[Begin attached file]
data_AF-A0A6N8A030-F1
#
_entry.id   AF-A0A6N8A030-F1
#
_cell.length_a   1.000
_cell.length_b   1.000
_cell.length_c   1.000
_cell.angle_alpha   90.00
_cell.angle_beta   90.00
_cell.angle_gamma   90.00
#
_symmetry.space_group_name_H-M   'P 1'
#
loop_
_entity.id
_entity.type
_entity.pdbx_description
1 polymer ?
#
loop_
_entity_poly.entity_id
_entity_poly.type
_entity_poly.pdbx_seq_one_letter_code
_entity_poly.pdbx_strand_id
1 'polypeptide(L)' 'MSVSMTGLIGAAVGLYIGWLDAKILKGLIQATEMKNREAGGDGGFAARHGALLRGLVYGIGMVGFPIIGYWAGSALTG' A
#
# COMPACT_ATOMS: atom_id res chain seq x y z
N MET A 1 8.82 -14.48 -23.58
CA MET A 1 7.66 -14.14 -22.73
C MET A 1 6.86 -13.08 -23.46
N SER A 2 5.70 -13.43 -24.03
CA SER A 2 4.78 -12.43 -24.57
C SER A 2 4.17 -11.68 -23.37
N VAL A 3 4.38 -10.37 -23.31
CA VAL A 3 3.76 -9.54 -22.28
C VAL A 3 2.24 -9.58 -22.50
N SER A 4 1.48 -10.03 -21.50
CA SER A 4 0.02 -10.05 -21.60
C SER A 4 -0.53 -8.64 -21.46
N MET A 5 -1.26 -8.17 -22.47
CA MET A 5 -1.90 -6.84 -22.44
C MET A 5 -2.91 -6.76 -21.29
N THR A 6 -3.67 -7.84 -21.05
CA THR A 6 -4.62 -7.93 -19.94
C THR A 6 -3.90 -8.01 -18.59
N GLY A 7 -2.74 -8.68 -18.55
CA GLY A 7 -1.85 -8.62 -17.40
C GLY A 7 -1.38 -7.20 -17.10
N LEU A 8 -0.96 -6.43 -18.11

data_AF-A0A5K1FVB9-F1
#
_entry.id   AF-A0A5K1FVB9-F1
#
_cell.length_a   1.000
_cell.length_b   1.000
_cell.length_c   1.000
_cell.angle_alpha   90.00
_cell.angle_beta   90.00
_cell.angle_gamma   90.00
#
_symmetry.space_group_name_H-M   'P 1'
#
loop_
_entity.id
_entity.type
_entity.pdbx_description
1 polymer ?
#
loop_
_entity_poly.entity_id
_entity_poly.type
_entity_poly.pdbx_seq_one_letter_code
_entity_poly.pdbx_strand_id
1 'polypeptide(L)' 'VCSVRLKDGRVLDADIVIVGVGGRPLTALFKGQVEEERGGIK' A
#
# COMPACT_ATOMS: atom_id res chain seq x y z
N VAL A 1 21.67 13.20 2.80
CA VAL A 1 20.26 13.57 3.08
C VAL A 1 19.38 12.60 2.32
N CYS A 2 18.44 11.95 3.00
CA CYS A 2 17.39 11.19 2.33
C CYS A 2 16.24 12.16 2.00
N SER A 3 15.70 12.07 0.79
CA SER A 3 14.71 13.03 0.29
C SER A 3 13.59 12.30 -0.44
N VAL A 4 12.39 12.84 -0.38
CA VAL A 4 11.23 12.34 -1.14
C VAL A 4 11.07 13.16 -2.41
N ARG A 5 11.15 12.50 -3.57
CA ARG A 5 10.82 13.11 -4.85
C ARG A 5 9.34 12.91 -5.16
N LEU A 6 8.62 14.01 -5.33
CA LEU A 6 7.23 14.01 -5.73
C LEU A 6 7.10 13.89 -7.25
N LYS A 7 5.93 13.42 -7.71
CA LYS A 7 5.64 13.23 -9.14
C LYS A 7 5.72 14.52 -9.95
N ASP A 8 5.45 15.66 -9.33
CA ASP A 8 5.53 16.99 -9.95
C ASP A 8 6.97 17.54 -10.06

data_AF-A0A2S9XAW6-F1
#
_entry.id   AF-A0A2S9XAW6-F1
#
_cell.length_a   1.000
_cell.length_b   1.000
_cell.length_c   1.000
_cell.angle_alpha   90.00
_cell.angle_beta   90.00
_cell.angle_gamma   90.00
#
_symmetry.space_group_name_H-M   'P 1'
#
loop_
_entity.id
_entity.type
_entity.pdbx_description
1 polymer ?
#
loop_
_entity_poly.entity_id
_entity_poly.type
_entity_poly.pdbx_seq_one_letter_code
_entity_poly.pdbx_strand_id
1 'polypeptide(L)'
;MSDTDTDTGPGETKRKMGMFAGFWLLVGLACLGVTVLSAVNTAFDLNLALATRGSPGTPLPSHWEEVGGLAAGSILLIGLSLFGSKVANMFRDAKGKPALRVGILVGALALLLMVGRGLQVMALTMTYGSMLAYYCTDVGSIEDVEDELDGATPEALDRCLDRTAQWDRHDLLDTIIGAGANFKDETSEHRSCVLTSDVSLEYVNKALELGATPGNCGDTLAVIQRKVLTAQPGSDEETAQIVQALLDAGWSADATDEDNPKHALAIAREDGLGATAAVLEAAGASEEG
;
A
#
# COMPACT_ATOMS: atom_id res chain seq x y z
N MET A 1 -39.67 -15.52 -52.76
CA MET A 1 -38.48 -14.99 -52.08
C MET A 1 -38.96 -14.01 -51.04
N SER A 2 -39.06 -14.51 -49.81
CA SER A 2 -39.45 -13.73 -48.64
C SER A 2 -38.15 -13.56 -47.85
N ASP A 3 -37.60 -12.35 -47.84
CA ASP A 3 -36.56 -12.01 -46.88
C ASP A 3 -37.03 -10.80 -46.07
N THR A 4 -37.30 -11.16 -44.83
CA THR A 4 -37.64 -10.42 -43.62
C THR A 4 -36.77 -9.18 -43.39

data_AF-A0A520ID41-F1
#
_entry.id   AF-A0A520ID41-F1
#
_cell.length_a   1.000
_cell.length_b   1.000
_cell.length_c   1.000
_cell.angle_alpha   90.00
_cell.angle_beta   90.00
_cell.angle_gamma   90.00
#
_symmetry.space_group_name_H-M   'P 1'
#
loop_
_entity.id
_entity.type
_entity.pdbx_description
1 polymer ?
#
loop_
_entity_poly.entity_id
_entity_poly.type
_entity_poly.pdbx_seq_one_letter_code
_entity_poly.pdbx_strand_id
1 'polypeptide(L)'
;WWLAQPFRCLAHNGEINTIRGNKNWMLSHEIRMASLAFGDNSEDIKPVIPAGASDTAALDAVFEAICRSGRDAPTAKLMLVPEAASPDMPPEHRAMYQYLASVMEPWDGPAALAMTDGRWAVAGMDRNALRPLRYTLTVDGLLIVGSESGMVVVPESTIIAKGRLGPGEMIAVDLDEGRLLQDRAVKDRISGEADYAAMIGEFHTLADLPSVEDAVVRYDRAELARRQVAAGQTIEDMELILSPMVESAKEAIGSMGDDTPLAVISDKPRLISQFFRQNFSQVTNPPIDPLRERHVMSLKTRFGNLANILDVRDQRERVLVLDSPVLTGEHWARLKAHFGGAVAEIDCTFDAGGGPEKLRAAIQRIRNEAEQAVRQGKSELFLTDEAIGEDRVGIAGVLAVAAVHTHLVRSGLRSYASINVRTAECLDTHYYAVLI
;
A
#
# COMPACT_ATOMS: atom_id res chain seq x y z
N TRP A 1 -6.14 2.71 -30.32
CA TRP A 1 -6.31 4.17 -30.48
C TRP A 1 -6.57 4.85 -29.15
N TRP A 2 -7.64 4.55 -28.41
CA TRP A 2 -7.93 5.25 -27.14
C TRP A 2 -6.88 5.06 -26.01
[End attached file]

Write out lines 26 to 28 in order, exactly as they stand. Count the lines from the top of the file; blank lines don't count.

#
# COMPACT_ATOMS: atom_id res chain seq x y z
N MET A 1 8.82 -14.48 -23.58